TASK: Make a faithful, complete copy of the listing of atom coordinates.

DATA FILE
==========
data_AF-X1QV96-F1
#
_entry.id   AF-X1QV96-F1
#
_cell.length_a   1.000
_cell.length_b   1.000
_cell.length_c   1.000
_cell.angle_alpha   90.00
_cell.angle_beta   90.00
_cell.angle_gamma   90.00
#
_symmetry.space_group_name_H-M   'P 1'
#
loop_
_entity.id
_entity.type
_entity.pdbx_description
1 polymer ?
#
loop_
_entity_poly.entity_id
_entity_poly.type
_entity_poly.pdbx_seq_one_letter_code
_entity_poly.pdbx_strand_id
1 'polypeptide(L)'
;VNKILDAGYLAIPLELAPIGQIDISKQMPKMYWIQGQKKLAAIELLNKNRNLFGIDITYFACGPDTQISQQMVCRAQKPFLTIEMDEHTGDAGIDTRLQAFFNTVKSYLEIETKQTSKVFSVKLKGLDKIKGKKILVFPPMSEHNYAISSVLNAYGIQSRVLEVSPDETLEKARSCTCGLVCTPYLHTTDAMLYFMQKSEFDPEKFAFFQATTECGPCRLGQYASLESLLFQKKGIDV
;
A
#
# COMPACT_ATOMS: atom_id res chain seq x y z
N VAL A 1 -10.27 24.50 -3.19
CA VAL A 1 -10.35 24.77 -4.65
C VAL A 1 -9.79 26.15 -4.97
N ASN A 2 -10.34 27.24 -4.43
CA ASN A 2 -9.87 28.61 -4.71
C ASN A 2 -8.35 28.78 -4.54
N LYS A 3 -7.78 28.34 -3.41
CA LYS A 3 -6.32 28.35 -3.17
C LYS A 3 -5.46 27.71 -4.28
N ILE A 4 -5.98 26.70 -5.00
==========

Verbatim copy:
data_AF-X1QV96-F1
#
_entry.id   AF-X1QV96-F1
#
_cell.length_a   1.000
_cell.length_b   1.000
_cell.length_c   1.000
_cell.angle_alpha   90.00
_cell.angle_beta   90.00
_cell.angle_gamma   90.00
#
_symmetry.space_group_name_H-M   'P 1'
#
loop_
_entity.id
_entity.type
_entity.pdbx_description
1 polymer ?
#
loop_
_entity_poly.entity_id
_entity_poly.type
_entity_poly.pdbx_seq_one_letter_code
_entity_poly.pdbx_strand_id
1 'polypeptide(L)'
;VNKILDAGYLAIPLELAPIGQIDISKQMPKMYWIQGQKKLAAIELLNKNRNLFGIDITYFACGPDTQISQQMVCRAQKPFLTIEMDEHTGDAGIDTRLQAFFNTVKSYLEIETKQTSKVFSVKLKGLDKIKGKKILVFPPMSEHNYAISSVLNAYGIQSRVLEVSPDETLEKARSCTCGLVCTPYLHTTDAMLYFMQKSEFDPEKFAFFQATTECGPCRLGQYASLESLLFQKKGIDV
;
A
#
# COMPACT_ATOMS: atom_id res chain seq x y z
N VAL A 1 -10.27 24.50 -3.19
CA VAL A 1 -10.35 24.77 -4.65
C VAL A 1 -9.79 26.15 -4.97
N ASN A 2 -10.34 27.24 -4.43
CA ASN A 2 -9.87 28.61 -4.71
C ASN A 2 -8.35 28.78 -4.54
N LYS A 3 -7.78 28.34 -3.41
CA LYS A 3 -6.32 28.35 -3.17
C LYS A 3 -5.46 27.71 -4.28
N ILE A 4 -5.98 26.70 -5.00